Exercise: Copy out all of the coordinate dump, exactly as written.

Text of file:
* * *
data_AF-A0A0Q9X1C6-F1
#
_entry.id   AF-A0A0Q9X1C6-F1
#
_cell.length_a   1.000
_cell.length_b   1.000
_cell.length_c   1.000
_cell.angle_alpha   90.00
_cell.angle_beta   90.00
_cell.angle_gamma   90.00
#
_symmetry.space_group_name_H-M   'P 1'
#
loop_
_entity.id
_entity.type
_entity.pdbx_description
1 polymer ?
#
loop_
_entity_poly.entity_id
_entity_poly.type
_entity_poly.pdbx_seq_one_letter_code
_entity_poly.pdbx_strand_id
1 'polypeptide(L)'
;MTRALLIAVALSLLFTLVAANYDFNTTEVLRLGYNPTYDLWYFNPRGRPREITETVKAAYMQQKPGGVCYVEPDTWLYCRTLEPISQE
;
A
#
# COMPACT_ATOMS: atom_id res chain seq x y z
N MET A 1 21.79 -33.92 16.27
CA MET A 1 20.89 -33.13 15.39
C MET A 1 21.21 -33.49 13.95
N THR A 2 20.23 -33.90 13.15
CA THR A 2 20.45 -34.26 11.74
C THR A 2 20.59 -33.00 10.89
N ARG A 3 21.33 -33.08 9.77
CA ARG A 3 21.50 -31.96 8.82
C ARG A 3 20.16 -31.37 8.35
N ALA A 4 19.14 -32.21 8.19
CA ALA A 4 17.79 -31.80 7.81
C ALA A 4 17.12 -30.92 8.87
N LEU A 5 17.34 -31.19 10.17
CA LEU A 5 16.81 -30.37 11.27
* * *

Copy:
data_AF-A0A0Q9X1C6-F1
#
_entry.id   AF-A0A0Q9X1C6-F1
#
_cell.length_a   1.000
_cell.length_b   1.000
_cell.length_c   1.000
_cell.angle_alpha   90.00
_cell.angle_beta   90.00
_cell.angle_gamma   90.00
#
_symmetry.space_group_name_H-M   'P 1'
#
loop_
_entity.id
_entity.type
_entity.pdbx_description
1 polymer ?
#
loop_
_entity_poly.entity_id
_entity_poly.type
_entity_poly.pdbx_seq_one_letter_code
_entity_poly.pdbx_strand_id
1 'polypeptide(L)'
;MTRALLIAVALSLLFTLVAANYDFNTTEVLRLGYNPTYDLWYFNPRGRPREITETVKAAYMQQKPGGVCYVEPDTWLYCRTLEPISQE
;
A
#
# COMPACT_ATOMS: atom_id res chain seq x y z
N MET A 1 21.79 -33.92 16.27
CA MET A 1 20.89 -33.13 15.39
C MET A 1 21.21 -33.49 13.95
N THR A 2 20.23 -33.90 13.15
CA THR A 2 20.45 -34.26 11.74
C THR A 2 20.59 -33.00 10.89
N ARG A 3 21.33 -33.08 9.77
CA ARG A 3 21.50 -31.96 8.82
C ARG A 3 20.16 -31.37 8.35
N ALA A 4 19.14 -32.21 8.19
CA ALA A 4 17.79 -31.80 7.81
C ALA A 4 17.12 -30.92 8.87
N LEU A 5 17.34 -31.19 10.17
CA LEU A 5 16.81 -30.37 11.27